Saturday, May 28, 2005

I am in Milan

I can make a few obvious comments, for instance that it is indeed true that the Italians have no understanding whatsoever of the concept of queueing. (I wonder if the concept immediately becomes understood if you go north and cross the border into Switzerland). They do understand the concepts of food and of coffee, however, so I must be grateful for certain things.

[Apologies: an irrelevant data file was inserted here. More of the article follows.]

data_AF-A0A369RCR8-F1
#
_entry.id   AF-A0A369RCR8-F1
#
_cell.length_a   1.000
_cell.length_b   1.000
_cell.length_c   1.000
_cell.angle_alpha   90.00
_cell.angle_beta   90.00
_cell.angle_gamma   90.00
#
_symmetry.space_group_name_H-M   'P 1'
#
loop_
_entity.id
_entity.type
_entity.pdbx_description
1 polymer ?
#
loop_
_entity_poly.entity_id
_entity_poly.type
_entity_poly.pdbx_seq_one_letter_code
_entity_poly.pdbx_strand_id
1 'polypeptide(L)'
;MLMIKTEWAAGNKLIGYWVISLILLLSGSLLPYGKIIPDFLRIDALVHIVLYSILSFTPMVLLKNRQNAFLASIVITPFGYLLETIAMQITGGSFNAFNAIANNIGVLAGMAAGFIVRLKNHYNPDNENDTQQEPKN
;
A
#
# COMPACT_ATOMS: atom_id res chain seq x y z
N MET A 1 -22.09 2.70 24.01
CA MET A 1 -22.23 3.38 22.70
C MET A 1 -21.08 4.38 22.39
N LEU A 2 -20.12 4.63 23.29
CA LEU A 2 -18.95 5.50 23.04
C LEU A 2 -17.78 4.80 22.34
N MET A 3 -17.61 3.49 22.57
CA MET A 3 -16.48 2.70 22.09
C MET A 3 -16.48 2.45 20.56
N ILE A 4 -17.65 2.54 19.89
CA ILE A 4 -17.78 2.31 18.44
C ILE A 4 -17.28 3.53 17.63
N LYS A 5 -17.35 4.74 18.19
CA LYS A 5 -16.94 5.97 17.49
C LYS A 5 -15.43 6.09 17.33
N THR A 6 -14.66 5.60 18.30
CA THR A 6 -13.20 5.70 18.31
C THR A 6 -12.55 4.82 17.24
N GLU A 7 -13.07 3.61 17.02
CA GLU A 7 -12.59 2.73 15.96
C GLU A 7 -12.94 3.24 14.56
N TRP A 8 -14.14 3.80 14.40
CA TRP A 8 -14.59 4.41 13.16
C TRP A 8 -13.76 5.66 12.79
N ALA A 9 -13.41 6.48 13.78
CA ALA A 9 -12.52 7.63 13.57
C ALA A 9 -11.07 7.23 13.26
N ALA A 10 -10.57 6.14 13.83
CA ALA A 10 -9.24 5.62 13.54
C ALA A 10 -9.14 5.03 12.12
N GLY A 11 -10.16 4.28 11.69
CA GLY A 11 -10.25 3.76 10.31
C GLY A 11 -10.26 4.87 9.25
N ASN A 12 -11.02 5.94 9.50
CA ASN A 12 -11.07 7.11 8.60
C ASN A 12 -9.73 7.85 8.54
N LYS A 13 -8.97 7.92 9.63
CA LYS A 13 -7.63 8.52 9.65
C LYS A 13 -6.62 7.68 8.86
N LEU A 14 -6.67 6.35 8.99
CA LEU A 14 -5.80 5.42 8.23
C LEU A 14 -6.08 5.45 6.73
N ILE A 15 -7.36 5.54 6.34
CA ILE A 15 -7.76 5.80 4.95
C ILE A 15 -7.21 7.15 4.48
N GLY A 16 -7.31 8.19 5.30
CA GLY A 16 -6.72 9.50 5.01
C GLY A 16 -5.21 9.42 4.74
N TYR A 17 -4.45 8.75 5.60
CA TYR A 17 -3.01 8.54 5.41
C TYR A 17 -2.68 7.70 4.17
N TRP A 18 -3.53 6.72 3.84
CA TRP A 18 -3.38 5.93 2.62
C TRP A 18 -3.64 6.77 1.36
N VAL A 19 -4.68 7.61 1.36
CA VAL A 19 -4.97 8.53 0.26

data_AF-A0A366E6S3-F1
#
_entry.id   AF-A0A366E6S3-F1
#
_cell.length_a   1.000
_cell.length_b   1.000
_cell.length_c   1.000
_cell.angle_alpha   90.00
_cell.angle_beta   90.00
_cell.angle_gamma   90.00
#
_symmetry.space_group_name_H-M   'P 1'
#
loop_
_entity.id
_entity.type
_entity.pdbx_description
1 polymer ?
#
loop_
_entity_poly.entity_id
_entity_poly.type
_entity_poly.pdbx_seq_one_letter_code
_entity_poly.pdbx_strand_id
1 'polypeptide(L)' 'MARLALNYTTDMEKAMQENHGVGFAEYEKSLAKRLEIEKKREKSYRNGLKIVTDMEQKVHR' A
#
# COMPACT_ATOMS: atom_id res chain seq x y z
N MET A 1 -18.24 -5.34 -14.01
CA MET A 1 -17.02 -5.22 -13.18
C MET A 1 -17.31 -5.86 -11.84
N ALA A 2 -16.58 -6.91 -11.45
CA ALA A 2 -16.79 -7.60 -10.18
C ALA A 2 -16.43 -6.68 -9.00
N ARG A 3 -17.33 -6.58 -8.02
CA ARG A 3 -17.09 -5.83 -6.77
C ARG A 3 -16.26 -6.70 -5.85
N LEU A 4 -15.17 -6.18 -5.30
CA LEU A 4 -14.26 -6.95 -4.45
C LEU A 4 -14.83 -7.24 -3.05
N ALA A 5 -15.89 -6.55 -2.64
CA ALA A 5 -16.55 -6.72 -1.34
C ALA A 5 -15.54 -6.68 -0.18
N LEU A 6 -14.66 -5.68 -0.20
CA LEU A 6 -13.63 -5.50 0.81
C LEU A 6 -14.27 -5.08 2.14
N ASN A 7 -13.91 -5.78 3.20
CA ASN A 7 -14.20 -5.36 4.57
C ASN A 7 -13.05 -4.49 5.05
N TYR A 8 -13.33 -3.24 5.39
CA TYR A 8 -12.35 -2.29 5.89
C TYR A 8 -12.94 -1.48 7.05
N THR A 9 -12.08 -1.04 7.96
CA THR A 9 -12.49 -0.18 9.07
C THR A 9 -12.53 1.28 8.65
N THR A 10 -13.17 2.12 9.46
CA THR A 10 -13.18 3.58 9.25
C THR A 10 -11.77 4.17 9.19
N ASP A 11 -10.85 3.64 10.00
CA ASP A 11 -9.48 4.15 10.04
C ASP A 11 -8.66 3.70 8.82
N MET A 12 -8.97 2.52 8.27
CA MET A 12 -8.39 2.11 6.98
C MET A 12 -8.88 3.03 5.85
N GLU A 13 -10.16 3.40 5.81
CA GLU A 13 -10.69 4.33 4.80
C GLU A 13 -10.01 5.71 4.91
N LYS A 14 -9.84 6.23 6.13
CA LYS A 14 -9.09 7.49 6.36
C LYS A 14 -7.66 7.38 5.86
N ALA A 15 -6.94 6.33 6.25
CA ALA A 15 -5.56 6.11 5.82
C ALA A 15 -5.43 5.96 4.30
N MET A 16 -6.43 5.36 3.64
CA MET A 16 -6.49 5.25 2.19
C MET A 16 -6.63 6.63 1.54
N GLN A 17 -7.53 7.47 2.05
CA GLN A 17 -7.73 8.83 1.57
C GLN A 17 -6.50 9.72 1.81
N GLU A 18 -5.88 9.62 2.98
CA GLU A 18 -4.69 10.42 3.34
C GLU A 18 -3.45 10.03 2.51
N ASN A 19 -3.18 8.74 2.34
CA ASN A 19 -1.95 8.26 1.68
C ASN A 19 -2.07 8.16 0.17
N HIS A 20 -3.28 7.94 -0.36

Another thing. Many guidebooks will start the section on accommodation with a description of how hard or easy it is to find accommodation in a city. Often (and this is true of what the Lonely Planet Italy says about Milan), they start with things like "It can be very hard to find a hotel room in \, particularly during \". (In Milan this referred to weeks with fashion shows. In Strasbourg it was times when the European Parliament is sitting). In practice, such comments usually mean the city contains lots of hotels, and it is quite easy to find a hotel room at all times other than when those seasonal activities are occurring. This turned out to be the case in Strasbourg, and it is the case in Milan. I guess that highly uneven demand leads to the ultimate number of hotel rooms being somewhere between the demand levels, whereas more even demand leads to capacity being close to full most of the time (and prices being more constant too). Airline seats are like this too, which is how I managed to fly from London to Milan for £45 return including taxes.

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